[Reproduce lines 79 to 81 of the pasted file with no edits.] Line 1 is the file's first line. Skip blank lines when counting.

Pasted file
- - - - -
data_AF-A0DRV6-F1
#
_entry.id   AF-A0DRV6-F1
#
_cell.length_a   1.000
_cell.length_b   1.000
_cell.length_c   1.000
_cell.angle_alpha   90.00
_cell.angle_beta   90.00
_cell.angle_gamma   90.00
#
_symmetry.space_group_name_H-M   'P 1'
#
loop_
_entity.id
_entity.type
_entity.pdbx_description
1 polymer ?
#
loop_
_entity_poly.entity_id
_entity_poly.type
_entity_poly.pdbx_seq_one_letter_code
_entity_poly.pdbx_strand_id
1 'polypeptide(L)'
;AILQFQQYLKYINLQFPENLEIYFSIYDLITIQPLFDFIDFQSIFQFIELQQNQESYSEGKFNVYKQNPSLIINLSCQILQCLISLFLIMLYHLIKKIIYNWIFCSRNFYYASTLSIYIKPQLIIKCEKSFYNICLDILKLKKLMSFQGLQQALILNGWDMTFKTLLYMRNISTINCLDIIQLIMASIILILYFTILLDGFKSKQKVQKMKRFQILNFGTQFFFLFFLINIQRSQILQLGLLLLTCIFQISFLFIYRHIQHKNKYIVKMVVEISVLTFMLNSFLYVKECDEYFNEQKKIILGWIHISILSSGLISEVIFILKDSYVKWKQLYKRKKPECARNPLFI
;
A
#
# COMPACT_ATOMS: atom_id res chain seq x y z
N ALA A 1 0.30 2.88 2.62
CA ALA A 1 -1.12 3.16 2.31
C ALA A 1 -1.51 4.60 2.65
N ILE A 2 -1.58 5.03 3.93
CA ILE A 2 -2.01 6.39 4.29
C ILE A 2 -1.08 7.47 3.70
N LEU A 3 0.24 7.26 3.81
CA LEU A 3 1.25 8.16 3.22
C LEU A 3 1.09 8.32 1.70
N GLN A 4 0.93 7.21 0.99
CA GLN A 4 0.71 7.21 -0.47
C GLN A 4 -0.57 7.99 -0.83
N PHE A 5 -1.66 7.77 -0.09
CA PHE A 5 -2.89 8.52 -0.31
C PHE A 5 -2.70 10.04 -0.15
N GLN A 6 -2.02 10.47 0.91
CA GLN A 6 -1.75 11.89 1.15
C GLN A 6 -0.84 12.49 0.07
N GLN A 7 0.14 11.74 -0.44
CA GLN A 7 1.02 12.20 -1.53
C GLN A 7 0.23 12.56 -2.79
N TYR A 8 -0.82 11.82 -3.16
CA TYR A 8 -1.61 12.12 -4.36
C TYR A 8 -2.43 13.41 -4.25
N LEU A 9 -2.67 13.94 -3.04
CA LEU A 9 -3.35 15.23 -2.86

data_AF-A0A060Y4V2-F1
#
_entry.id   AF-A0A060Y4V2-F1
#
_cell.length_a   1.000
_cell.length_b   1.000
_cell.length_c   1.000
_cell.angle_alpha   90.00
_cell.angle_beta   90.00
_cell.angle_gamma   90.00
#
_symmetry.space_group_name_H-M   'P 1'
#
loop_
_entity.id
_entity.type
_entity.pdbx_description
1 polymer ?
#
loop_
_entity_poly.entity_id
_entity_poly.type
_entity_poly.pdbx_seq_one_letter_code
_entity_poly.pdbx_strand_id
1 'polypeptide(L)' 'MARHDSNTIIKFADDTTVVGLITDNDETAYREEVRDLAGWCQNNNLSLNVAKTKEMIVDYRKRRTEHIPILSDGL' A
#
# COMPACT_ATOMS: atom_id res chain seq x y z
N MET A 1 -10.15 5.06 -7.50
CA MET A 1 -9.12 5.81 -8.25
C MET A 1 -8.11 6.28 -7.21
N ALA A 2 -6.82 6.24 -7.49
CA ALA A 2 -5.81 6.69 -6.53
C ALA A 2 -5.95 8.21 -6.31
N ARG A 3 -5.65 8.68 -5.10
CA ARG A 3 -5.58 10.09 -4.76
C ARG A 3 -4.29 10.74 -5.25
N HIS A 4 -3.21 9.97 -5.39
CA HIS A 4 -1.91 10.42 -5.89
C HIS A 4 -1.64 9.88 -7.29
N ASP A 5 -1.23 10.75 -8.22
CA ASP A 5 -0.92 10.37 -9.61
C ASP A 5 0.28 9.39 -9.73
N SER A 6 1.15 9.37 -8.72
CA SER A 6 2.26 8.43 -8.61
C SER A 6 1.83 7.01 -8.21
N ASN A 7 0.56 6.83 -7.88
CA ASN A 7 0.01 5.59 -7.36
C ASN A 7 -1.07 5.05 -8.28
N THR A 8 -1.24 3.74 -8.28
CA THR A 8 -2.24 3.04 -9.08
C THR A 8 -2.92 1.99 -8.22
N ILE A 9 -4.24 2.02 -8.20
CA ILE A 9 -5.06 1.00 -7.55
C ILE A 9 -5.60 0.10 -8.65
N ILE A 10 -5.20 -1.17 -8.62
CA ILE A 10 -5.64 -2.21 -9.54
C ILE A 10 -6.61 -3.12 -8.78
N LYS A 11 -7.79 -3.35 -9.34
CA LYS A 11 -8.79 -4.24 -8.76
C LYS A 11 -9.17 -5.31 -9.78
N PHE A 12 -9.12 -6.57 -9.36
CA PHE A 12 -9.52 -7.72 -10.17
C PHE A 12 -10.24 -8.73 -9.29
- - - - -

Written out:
_entity_poly.pdbx_seq_one_letter_code
_entity_poly.pdbx_strand_id
1 'polypeptide(L)' 'MARHDSNTIIKFADDTTVVGLITDNDETAYREEVRDLAGWCQNNNLSLNVAKTKEMIVDYRKRRTEHIPILSDGL' A